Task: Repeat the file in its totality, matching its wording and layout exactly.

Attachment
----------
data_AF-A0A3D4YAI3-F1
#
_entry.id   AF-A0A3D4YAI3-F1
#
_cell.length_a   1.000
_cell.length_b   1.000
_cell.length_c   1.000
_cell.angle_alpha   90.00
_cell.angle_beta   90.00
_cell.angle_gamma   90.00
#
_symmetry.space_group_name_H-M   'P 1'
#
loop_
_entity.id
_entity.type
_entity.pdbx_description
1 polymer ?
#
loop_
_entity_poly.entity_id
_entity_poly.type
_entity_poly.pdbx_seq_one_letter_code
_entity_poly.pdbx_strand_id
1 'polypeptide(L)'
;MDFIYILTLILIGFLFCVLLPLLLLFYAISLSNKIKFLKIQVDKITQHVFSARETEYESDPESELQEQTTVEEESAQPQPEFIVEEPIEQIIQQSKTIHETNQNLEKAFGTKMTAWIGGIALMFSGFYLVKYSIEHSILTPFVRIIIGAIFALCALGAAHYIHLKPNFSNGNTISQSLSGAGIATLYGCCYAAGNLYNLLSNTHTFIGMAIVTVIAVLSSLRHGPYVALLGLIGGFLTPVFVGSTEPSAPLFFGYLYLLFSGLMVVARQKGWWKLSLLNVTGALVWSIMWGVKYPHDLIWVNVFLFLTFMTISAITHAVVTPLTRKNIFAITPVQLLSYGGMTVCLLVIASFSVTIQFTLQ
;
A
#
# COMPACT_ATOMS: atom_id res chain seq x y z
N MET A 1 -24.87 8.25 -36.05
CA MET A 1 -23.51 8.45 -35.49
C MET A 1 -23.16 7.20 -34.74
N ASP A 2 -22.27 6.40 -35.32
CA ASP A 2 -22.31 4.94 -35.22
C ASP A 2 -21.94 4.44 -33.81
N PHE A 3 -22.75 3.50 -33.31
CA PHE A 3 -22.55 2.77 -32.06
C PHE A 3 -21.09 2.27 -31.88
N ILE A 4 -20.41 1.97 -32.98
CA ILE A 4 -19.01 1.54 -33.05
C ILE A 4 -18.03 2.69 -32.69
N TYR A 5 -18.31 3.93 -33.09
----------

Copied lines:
data_AF-A0A3D4YAI3-F1
#
_entry.id   AF-A0A3D4YAI3-F1
#
_cell.length_a   1.000
_cell.length_b   1.000
_cell.length_c   1.000
_cell.angle_alpha   90.00
_cell.angle_beta   90.00
_cell.angle_gamma   90.00
#
_symmetry.space_group_name_H-M   'P 1'
#
loop_
_entity.id
_entity.type
_entity.pdbx_description
1 polymer ?
#
loop_
_entity_poly.entity_id
_entity_poly.type
_entity_poly.pdbx_seq_one_letter_code
_entity_poly.pdbx_strand_id
1 'polypeptide(L)'
;MDFIYILTLILIGFLFCVLLPLLLLFYAISLSNKIKFLKIQVDKITQHVFSARETEYESDPESELQEQTTVEEESAQPQPEFIVEEPIEQIIQQSKTIHETNQNLEKAFGTKMTAWIGGIALMFSGFYLVKYSIEHSILTPFVRIIIGAIFALCALGAAHYIHLKPNFSNGNTISQSLSGAGIATLYGCCYAAGNLYNLLSNTHTFIGMAIVTVIAVLSSLRHGPYVALLGLIGGFLTPVFVGSTEPSAPLFFGYLYLLFSGLMVVARQKGWWKLSLLNVTGALVWSIMWGVKYPHDLIWVNVFLFLTFMTISAITHAVVTPLTRKNIFAITPVQLLSYGGMTVCLLVIASFSVTIQFTLQ
;
A
#
# COMPACT_ATOMS: atom_id res chain seq x y z
N MET A 1 -24.87 8.25 -36.05
CA MET A 1 -23.51 8.45 -35.49
C MET A 1 -23.16 7.20 -34.74
N ASP A 2 -22.27 6.40 -35.32
CA ASP A 2 -22.31 4.94 -35.22
C ASP A 2 -21.94 4.44 -33.81
N PHE A 3 -22.75 3.50 -33.31
CA PHE A 3 -22.55 2.77 -32.06
C PHE A 3 -21.09 2.27 -31.88
N ILE A 4 -20.41 1.97 -32.98
CA ILE A 4 -19.01 1.54 -33.05
C ILE A 4 -18.03 2.69 -32.69
N TYR A 5 -18.31 3.93 -33.09